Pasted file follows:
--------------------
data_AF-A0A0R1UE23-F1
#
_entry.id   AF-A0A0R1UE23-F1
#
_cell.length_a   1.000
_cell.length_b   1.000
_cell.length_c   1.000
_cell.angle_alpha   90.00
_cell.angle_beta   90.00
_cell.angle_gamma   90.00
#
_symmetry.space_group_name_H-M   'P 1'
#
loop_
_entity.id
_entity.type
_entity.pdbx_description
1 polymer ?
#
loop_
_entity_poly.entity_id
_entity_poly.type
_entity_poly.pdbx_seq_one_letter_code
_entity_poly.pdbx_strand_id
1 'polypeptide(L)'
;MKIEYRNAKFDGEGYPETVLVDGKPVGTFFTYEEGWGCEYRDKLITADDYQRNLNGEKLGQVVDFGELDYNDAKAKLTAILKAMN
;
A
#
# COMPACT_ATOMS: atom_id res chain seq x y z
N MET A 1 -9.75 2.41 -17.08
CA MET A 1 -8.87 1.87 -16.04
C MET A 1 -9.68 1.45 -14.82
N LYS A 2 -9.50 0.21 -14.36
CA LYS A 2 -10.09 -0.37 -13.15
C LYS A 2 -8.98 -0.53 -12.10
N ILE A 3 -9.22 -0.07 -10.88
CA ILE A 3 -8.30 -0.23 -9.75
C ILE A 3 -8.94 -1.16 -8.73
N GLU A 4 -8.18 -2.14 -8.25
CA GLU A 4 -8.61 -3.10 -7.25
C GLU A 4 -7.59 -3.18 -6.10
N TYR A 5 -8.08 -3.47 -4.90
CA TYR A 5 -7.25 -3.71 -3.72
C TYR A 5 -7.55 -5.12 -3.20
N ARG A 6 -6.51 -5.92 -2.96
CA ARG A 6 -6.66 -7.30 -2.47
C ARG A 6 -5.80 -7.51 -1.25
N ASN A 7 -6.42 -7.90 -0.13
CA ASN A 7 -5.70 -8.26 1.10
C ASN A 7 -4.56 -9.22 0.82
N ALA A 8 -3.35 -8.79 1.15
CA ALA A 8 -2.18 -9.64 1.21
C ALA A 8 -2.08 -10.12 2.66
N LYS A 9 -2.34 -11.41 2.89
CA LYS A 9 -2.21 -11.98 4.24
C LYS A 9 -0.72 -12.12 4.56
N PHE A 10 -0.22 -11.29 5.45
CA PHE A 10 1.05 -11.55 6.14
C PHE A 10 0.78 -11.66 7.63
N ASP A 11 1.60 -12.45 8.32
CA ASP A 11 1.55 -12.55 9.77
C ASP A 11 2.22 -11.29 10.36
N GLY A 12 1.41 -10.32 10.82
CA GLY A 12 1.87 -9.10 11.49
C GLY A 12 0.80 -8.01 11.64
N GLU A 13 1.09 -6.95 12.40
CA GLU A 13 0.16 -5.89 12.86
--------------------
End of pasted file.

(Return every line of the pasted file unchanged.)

data_AF-A0A0R1UE23-F1
#
_entry.id   AF-A0A0R1UE23-F1
#
_cell.length_a   1.000
_cell.length_b   1.000
_cell.length_c   1.000
_cell.angle_alpha   90.00
_cell.angle_beta   90.00
_cell.angle_gamma   90.00
#
_symmetry.space_group_name_H-M   'P 1'
#
loop_
_entity.id
_entity.type
_entity.pdbx_description
1 polymer ?
#
loop_
_entity_poly.entity_id
_entity_poly.type
_entity_poly.pdbx_seq_one_letter_code
_entity_poly.pdbx_strand_id
1 'polypeptide(L)'
;MKIEYRNAKFDGEGYPETVLVDGKPVGTFFTYEEGWGCEYRDKLITADDYQRNLNGEKLGQVVDFGELDYNDAKAKLTAILKAMN
;
A
#
# COMPACT_ATOMS: atom_id res chain seq x y z
N MET A 1 -9.75 2.41 -17.08
CA MET A 1 -8.87 1.87 -16.04
C MET A 1 -9.68 1.45 -14.82
N LYS A 2 -9.50 0.21 -14.36
CA LYS A 2 -10.09 -0.37 -13.15
C LYS A 2 -8.98 -0.53 -12.10
N ILE A 3 -9.22 -0.07 -10.88
CA ILE A 3 -8.30 -0.23 -9.75
C ILE A 3 -8.94 -1.16 -8.73
N GLU A 4 -8.18 -2.14 -8.25
CA GLU A 4 -8.61 -3.10 -7.25
C GLU A 4 -7.59 -3.18 -6.10
N TYR A 5 -8.08 -3.47 -4.90
CA TYR A 5 -7.25 -3.71 -3.72
C TYR A 5 -7.55 -5.12 -3.20
N ARG A 6 -6.51 -5.92 -2.96
CA ARG A 6 -6.66 -7.30 -2.47
C ARG A 6 -5.80 -7.51 -1.25
N ASN A 7 -6.42 -7.90 -0.13
CA ASN A 7 -5.70 -8.26 1.10
C ASN A 7 -4.56 -9.22 0.82
N ALA A 8 -3.35 -8.79 1.15
CA ALA A 8 -2.18 -9.64 1.21
C ALA A 8 -2.08 -10.12 2.66
N LYS A 9 -2.34 -11.41 2.89
CA LYS A 9 -2.21 -11.98 4.24
C LYS A 9 -0.72 -12.12 4.56
N PHE A 10 -0.22 -11.29 5.45
CA PHE A 10 1.05 -11.55 6.14
C PHE A 10 0.78 -11.66 7.63
N ASP A 11 1.60 -12.45 8.32
CA ASP A 11 1.55 -12.55 9.77
C ASP A 11 2.22 -11.29 10.36
N GLY A 12 1.41 -10.32 10.82
CA GLY A 12 1.87 -9.10 11.49
C GLY A 12 0.80 -8.01 11.64
N GLU A 13 1.09 -6.95 12.40
CA GLU A 13 0.16 -5.89 12.86